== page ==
Edinburgh Research Explorer

Characterization of transcriptional networks in blood stem and progenitor cells using high-throughput single-cell gene expression analysis

Research output: Contribution to journalArticle

  • Victoria Moignard
  • Iain C Macaulay
  • Gemma Swiers
  • Florian Buettner
  • Judith Schütte
  • Fernando J Calero-Nieto
  • Sarah Kinston
  • Anagha Joshi
  • Rebecca Hannah
  • Fabian J Theis
  • Sten Eirik Jacobsen
  • Marella F de Bruijn
  • Berthold Göttgens

Related Edinburgh Organisations

Open Access permissions



  • Download as Adobe PDF

    Rights statement: Published in final edited form as: Nat Cell Biol. 2013 April; 15(4): 363–372. Published online 2013 March 24. doi: 10.1038/ncb2709

    Accepted author manuscript, 2.56 MB, PDF document

Original languageEnglish
Pages (from-to)363-72
Number of pages10
JournalNature Cell Biology
Issue number4
Publication statusPublished - Apr 2013


Cellular decision-making is mediated by a complex interplay of external stimuli with the intracellular environment, in particular transcription factor regulatory networks. Here we have determined the expression of a network of 18 key haematopoietic transcription factors in 597 single primary blood stem and progenitor cells isolated from mouse bone marrow. We demonstrate that different stem/progenitor populations are characterized by distinctive transcription factor expression states, and through comprehensive bioinformatic analysis reveal positively and negatively correlated transcription factor pairings, including previously unrecognized relationships between Gata2, Gfi1 and Gfi1b. Validation using transcriptional and transgenic assays confirmed direct regulatory interactions consistent with a regulatory triad in immature blood stem cells, where Gata2 may function to modulate cross-inhibition between Gfi1 and Gfi1b. Single-cell expression profiling therefore identifies network states and allows reconstruction of network hierarchies involved in controlling stem cell fate choices, and provides a blueprint for studying both normal development and human disease.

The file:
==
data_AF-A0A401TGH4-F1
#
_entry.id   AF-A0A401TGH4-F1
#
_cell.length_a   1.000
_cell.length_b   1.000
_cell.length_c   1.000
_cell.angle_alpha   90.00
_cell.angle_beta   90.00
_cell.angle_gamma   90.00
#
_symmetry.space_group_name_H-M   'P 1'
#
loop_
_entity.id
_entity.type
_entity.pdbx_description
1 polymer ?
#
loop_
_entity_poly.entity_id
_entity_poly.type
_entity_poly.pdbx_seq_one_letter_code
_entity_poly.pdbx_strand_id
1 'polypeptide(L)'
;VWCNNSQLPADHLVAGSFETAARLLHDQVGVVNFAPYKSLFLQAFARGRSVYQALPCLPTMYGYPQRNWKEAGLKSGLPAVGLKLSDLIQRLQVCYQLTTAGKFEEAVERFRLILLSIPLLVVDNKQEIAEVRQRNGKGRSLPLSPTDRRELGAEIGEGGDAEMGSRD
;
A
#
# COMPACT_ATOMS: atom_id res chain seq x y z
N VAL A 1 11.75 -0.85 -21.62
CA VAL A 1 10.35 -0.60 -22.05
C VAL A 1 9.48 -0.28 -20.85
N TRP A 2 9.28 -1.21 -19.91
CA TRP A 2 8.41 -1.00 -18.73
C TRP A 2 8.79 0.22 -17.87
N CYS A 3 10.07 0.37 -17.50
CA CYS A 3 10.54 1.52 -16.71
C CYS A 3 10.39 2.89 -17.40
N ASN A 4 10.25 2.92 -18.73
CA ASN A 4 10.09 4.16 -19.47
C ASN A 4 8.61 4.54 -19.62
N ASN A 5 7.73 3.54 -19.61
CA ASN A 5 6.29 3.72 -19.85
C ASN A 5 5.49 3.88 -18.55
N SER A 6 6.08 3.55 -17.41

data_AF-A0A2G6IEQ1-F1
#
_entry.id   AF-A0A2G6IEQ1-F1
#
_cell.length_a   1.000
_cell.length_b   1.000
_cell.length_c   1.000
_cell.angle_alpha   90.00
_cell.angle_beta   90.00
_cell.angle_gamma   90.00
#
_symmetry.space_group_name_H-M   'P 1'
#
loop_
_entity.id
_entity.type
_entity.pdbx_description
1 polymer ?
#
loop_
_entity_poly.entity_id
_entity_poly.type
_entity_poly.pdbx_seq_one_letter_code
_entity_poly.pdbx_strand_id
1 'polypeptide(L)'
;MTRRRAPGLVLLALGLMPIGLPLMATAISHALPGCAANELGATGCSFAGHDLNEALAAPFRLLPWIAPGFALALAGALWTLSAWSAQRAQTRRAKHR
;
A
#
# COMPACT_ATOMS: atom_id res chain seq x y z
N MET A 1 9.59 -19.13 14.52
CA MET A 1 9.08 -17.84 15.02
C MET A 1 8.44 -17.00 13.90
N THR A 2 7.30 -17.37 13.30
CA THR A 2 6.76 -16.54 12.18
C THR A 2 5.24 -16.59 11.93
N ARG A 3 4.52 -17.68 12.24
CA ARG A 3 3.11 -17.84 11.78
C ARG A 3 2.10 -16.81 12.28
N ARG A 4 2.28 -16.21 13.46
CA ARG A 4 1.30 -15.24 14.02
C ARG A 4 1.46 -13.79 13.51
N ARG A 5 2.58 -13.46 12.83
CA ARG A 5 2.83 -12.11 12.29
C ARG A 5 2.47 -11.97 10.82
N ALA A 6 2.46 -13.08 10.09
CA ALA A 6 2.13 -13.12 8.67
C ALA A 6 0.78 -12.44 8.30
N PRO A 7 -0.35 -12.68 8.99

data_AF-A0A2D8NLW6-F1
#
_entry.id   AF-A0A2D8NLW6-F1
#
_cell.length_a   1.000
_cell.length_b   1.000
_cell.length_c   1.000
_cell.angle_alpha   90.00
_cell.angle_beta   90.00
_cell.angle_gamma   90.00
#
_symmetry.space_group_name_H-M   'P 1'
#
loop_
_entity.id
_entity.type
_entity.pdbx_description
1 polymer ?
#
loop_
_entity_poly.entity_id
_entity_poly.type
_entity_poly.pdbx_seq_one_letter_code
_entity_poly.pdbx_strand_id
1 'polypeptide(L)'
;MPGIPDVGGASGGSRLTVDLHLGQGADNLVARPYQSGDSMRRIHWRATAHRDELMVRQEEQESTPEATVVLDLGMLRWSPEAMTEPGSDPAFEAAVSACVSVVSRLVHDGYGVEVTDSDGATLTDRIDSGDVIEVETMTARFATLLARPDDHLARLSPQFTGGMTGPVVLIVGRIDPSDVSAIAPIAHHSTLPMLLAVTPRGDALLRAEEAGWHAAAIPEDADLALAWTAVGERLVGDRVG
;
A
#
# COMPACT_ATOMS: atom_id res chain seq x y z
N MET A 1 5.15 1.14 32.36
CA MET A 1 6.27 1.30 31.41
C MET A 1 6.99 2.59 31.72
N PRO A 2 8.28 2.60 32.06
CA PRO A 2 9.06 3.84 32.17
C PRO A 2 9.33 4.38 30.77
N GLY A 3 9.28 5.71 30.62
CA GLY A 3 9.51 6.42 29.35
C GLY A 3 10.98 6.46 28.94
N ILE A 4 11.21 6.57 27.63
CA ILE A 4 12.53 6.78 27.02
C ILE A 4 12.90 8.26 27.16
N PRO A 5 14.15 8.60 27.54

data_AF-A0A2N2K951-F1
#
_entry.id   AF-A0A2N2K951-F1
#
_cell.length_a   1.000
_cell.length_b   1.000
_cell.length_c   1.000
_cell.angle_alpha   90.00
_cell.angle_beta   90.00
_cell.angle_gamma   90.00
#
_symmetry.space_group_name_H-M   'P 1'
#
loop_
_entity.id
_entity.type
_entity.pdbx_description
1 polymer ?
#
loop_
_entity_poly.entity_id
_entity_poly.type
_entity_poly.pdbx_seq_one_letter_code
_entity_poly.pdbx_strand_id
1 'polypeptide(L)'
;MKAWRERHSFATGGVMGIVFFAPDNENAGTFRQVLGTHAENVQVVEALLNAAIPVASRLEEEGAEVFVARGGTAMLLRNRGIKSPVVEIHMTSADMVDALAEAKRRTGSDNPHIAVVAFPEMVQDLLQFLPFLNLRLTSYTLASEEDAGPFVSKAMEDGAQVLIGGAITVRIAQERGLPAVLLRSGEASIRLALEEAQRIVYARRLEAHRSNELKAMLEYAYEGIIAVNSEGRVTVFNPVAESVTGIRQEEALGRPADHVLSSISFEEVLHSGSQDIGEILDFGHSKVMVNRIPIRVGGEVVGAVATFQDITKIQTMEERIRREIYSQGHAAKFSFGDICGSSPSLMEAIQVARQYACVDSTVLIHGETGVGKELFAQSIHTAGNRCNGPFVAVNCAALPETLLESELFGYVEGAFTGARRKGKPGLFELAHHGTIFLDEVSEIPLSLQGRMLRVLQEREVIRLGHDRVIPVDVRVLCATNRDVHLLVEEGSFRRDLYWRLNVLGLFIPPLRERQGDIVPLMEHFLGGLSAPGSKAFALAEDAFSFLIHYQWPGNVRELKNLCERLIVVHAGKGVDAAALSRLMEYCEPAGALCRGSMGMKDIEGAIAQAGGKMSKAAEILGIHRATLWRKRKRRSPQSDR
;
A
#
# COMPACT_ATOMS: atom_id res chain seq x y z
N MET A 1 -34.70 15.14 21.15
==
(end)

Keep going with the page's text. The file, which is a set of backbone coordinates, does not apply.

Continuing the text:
Download statistics

No data available

ID: 7542480